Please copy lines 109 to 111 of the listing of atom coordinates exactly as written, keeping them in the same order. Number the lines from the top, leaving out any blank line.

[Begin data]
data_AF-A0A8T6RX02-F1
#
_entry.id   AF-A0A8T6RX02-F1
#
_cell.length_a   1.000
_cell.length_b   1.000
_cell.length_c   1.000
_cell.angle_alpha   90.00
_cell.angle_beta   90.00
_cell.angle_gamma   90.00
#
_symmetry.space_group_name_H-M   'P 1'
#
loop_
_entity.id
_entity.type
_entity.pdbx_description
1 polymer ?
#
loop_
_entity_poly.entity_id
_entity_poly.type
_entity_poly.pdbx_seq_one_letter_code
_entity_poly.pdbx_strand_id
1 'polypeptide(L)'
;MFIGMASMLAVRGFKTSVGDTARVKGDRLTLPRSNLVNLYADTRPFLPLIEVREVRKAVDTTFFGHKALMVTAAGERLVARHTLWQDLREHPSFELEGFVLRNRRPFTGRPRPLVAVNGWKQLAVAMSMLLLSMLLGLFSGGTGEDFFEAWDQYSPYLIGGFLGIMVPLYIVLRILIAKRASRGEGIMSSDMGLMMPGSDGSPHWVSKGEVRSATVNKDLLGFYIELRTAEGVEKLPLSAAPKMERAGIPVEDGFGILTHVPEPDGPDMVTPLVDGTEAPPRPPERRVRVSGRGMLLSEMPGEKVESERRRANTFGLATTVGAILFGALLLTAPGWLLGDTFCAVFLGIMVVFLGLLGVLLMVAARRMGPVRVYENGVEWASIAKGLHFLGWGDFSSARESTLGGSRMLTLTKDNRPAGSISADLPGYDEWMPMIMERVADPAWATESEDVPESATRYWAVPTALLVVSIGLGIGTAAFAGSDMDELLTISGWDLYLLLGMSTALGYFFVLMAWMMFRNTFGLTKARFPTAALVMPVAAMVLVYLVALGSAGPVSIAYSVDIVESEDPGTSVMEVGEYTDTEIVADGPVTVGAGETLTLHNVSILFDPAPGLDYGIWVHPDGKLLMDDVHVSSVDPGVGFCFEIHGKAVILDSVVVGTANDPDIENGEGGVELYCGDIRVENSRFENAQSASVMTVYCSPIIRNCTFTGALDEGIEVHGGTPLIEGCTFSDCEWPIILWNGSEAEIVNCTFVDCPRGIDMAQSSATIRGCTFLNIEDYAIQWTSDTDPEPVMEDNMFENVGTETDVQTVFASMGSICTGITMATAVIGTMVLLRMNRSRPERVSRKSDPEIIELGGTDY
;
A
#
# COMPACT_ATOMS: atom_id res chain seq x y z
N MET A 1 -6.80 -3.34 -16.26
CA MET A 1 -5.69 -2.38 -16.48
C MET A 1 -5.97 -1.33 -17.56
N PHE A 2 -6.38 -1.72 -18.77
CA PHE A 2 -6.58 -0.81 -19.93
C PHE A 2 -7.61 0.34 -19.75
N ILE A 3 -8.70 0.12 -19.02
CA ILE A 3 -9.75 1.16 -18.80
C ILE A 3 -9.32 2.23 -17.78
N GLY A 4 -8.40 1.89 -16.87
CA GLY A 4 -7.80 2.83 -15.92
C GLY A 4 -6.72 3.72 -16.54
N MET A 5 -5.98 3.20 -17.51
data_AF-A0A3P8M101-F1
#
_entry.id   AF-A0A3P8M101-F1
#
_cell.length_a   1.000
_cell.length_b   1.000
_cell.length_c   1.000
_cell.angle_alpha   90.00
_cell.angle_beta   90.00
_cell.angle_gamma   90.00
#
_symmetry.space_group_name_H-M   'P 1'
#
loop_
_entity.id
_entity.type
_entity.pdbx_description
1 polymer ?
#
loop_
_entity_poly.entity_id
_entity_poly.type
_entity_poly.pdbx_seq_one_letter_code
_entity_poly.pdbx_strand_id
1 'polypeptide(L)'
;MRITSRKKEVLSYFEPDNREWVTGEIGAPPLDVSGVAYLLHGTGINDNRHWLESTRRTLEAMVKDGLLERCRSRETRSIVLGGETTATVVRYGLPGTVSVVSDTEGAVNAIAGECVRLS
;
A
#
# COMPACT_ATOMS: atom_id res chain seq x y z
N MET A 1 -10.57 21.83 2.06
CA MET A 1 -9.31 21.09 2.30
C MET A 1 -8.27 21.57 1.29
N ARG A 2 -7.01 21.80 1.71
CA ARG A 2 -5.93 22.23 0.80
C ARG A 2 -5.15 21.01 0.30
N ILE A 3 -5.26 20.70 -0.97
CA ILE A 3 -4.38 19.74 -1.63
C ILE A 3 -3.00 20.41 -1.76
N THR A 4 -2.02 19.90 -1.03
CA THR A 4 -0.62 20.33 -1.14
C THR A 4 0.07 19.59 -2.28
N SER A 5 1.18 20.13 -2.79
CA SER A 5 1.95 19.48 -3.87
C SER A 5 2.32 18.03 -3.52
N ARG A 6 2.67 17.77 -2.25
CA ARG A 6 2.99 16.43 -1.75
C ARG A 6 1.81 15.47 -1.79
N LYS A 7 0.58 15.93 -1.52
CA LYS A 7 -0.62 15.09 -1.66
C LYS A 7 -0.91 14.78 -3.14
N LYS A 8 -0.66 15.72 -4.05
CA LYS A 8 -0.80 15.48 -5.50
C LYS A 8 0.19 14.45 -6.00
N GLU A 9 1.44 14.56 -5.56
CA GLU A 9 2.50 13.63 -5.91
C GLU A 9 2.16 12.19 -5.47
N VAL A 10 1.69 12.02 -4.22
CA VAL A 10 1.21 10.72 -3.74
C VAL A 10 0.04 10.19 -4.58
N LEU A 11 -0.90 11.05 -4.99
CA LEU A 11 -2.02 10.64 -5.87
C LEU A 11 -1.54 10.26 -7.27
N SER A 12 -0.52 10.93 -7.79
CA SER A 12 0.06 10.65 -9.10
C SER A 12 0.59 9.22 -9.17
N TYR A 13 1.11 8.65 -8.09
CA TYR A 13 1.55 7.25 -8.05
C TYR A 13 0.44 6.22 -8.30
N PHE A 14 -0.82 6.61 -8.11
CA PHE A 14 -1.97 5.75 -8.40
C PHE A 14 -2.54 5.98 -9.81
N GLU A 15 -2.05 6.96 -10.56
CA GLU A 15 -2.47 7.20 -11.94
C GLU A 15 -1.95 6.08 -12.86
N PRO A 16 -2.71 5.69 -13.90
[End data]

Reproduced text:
C SER A 12 0.59 9.22 -9.17
N TYR A 13 1.11 8.65 -8.09
CA TYR A 13 1.55 7.25 -8.05